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Unregulated Drug Market Hurting TB Public Health Efforts

Pills and drug bottles (FDA.gov)

(FDA.gov)

The campaign against tuberculosis is generally considered a public health responsibility, but a new study indicates that private, unregulated TB drug sales may be hurting rather than helping those efforts. Results of the study appear in the new issue of the journal PLoS ONE.

The research, conducted by the organization TB Alliance and health care market research company IMS Health, examines private TB drug markets in 10 countries with significant numbers of TB cases: Bangladesh, China, India, Indonesia, Pakistan, Philippines, Russian Federation, South Africa, Thailand, and Viet Nam. These countries represent about 60 percent of the world’s TB burden.

TB Alliance says the disease requires lengthy, supervised treatment to maximize cure rates and minimize the development of drug resistance. In low-income countries, this task often falls on public health authorities rather than private treatment facilities, which are largely unregulated and fragmented.

Across the 10 high-burden countries studies, the study found as much TB drug volume in the private sector as in the public sector. The results also show at least one-third of all private sector dosages of first-line TB drugs fall outside of national and international treatment recommendations.

For example, the study detected 111 different first-line TB drug dosages and combinations, compared to the 14 deemed necessary by the Stop TB Partnership’s Global Drug Facility. Misuse of these drugs could lead to treatment failures and encourage multidrug-resistant TB (MDR-TB), which further worsens the TB epidemic.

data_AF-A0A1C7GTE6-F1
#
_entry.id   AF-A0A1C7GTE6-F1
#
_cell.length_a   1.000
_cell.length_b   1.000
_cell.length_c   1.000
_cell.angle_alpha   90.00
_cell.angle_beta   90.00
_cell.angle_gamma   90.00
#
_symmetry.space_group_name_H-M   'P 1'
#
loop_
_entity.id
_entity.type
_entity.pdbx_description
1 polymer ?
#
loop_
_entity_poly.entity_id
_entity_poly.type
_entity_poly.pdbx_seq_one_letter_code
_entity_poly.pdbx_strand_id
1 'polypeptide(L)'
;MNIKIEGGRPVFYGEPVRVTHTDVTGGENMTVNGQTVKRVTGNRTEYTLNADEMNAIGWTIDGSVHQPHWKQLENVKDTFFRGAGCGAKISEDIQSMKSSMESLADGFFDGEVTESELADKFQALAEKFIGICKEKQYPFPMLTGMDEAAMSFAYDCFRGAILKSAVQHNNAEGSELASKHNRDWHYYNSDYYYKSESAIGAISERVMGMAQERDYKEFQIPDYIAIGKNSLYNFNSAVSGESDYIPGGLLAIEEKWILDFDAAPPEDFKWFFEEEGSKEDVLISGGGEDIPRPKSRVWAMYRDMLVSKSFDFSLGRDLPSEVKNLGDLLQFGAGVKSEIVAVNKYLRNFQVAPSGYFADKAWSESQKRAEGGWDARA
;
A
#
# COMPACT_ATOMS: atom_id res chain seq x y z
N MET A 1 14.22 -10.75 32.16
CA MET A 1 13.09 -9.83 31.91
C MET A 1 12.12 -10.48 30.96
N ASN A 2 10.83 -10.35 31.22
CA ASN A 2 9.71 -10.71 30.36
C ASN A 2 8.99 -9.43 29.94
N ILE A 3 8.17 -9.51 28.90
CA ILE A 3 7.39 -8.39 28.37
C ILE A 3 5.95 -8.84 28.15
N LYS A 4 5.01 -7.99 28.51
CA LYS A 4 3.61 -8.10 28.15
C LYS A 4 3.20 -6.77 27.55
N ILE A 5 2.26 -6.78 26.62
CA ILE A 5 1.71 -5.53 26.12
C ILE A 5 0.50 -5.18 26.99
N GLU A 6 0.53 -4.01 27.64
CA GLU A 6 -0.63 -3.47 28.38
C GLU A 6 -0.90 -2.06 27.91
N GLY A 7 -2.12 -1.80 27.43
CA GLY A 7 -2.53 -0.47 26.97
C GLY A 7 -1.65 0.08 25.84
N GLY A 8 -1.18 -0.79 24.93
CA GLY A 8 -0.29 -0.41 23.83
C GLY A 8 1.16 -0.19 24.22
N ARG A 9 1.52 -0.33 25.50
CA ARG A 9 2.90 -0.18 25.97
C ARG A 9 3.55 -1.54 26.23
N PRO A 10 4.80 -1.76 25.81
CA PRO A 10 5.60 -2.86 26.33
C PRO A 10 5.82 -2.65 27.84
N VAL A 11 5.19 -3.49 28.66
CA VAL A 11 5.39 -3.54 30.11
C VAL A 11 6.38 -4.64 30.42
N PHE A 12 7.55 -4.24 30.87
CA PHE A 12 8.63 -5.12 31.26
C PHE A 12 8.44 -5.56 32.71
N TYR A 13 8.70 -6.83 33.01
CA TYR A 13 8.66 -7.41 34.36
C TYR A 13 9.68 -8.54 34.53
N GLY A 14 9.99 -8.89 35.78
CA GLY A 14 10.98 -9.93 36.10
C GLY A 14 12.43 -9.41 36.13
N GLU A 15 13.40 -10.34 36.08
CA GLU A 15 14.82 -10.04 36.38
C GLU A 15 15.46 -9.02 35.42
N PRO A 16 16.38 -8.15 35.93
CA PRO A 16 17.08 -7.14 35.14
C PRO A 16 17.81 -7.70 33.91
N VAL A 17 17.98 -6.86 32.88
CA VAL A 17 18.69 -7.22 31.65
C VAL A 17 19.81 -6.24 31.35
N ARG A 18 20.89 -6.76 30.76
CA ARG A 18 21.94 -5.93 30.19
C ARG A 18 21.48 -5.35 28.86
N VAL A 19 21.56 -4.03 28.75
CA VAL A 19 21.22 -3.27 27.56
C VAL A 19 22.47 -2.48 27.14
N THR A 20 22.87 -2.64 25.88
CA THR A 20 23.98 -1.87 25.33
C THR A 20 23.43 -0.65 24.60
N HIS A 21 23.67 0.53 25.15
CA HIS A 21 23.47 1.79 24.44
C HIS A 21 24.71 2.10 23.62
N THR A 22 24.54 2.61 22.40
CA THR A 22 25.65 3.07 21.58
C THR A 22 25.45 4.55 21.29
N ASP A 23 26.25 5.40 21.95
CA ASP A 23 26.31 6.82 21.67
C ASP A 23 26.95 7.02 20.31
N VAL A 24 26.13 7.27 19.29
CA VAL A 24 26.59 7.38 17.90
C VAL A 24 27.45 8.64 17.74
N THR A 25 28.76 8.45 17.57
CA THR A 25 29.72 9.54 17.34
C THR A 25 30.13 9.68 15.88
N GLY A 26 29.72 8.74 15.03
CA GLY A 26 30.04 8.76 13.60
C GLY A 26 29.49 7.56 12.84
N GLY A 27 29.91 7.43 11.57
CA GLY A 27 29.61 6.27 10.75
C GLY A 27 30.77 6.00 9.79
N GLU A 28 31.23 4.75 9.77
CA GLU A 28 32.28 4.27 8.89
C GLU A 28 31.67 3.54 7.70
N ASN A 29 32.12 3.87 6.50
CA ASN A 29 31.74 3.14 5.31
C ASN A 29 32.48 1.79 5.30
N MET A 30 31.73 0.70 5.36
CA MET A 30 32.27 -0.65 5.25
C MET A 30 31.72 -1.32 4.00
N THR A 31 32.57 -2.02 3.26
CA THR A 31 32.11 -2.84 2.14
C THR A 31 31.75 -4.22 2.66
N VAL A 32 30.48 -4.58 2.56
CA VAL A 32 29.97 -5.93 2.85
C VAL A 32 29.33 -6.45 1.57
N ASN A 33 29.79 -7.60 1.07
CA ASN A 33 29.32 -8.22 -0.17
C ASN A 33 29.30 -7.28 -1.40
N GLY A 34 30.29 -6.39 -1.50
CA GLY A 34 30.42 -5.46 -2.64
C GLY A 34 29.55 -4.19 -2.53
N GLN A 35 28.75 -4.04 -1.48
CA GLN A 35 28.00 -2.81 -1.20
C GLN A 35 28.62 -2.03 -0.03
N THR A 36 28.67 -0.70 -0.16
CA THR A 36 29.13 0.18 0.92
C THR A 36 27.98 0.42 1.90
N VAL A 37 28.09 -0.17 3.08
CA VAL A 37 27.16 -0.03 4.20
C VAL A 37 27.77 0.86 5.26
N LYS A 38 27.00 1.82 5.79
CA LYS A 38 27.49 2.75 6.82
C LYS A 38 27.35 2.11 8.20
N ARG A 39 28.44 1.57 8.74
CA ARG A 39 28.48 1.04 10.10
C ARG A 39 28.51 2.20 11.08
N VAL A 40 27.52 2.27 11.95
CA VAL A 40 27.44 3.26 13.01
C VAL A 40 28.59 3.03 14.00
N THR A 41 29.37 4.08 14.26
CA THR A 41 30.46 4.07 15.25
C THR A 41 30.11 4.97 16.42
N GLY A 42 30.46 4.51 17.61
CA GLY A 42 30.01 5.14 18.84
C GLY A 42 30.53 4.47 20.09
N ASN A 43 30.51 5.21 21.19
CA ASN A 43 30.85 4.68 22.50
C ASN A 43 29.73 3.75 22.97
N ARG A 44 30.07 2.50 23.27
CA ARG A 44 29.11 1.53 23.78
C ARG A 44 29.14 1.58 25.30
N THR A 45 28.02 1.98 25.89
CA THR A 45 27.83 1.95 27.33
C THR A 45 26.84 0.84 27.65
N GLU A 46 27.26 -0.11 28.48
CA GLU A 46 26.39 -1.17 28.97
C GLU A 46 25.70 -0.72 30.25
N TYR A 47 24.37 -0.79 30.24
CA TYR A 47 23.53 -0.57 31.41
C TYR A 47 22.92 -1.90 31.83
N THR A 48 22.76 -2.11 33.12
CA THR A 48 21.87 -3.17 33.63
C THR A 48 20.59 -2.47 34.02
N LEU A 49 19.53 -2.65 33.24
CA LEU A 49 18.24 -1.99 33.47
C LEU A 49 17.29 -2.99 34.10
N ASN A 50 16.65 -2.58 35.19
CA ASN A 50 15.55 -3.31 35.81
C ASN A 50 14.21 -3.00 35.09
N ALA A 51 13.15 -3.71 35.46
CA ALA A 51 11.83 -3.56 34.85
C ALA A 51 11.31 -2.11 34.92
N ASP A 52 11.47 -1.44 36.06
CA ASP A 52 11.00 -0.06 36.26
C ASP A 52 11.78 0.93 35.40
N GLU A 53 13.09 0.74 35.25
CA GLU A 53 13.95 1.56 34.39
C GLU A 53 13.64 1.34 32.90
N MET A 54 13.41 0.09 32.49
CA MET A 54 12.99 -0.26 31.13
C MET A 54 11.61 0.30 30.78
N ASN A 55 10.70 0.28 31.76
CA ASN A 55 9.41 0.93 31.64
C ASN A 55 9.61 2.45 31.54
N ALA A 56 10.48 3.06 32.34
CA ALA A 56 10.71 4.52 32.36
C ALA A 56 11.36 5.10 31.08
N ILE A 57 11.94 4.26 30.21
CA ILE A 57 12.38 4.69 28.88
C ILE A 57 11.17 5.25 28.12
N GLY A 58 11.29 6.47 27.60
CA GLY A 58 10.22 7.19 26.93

The size of the private TB drug market varies among the 10 countries. However, four of the largest countries studied —  India, Indonesia, Pakistan, and Philippines — had among the largest private markets.  Enough TB drugs are sold in these private markets to treat all, or nearly all, TB patients with a full TB drug regimen, despite the 60 to 80 percent of the current TB cases in those countries already treated by public agencies.

The study also suggests that neither the private nor public drug markets are treating large percentages of patients with MDR-TB. In three of the 10 countries studied, private markets were not treating any MDR-TB patients. In the remainder, the highest rate of private MDR-TB coverage reached only 10 percent of the patients.

Commenting on the findings, Mario Raviglione, Director of the Stop TB Department at the World Health Organization says, “Private providers following best practices should be supported through accreditation and access to free TB drugs from the public sector, while those not doing so should be regulated.” Raviglione adds, “Greater government and international support is needed for these efforts and also for improved regulatory oversight and quality assurance of TB drugs.”

Read more: Database to Track Substandard, Counterfeit Medicines

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